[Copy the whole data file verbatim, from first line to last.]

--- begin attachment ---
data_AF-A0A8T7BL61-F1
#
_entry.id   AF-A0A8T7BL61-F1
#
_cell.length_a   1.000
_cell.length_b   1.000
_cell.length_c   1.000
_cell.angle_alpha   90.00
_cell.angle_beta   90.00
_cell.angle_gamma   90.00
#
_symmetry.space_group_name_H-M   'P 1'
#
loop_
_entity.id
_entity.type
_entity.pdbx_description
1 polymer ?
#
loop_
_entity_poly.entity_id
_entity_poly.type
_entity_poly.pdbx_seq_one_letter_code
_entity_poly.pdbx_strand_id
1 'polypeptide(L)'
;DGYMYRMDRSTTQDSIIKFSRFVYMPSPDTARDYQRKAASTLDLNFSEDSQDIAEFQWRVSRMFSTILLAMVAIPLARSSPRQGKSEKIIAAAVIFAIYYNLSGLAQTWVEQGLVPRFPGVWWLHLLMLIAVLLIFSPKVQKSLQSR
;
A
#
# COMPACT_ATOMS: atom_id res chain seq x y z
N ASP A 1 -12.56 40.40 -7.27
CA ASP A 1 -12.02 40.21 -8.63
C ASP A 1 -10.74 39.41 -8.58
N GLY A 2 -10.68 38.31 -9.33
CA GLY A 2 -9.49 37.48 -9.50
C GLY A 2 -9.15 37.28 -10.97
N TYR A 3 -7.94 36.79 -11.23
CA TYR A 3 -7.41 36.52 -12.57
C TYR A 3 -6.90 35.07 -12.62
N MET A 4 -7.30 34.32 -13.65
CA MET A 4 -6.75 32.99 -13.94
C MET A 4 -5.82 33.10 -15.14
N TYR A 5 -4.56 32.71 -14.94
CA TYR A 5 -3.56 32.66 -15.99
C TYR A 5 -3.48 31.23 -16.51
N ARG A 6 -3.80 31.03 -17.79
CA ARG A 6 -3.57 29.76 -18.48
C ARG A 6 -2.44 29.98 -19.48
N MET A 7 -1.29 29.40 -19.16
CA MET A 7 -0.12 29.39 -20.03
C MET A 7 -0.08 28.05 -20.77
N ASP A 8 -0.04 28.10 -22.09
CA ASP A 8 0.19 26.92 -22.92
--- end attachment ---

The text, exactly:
data_AF-A0A8T7BL61-F1
#
_entry.id   AF-A0A8T7BL61-F1
#
_cell.length_a   1.000
_cell.length_b   1.000
_cell.length_c   1.000
_cell.angle_alpha   90.00
_cell.angle_beta   90.00
_cell.angle_gamma   90.00
#
_symmetry.space_group_name_H-M   'P 1'
#
loop_
_entity.id
_entity.type
_entity.pdbx_description
1 polymer ?
#
loop_
_entity_poly.entity_id
_entity_poly.type
_entity_poly.pdbx_seq_one_letter_code
_entity_poly.pdbx_strand_id
1 'polypeptide(L)'
;DGYMYRMDRSTTQDSIIKFSRFVYMPSPDTARDYQRKAASTLDLNFSEDSQDIAEFQWRVSRMFSTILLAMVAIPLARSSPRQGKSEKIIAAAVIFAIYYNLSGLAQTWVEQGLVPRFPGVWWLHLLMLIAVLLIFSPKVQKSLQSR
;
A
#
# COMPACT_ATOMS: atom_id res chain seq x y z
N ASP A 1 -12.56 40.40 -7.27
CA ASP A 1 -12.02 40.21 -8.63
C ASP A 1 -10.74 39.41 -8.58
N GLY A 2 -10.68 38.31 -9.33
CA GLY A 2 -9.49 37.48 -9.50
C GLY A 2 -9.15 37.28 -10.97
N TYR A 3 -7.94 36.79 -11.23
CA TYR A 3 -7.41 36.52 -12.57
C TYR A 3 -6.90 35.07 -12.62
N MET A 4 -7.30 34.32 -13.65
CA MET A 4 -6.75 32.99 -13.94
C MET A 4 -5.82 33.10 -15.14
N TYR A 5 -4.56 32.71 -14.94
CA TYR A 5 -3.56 32.66 -15.99
C TYR A 5 -3.48 31.23 -16.51
N ARG A 6 -3.80 31.03 -17.79
CA ARG A 6 -3.57 29.76 -18.48
C ARG A 6 -2.44 29.98 -19.48
N MET A 7 -1.29 29.40 -19.16
CA MET A 7 -0.12 29.39 -20.03
C MET A 7 -0.08 28.05 -20.77
N ASP A 8 -0.04 28.10 -22.09
CA ASP A 8 0.19 26.92 -22.92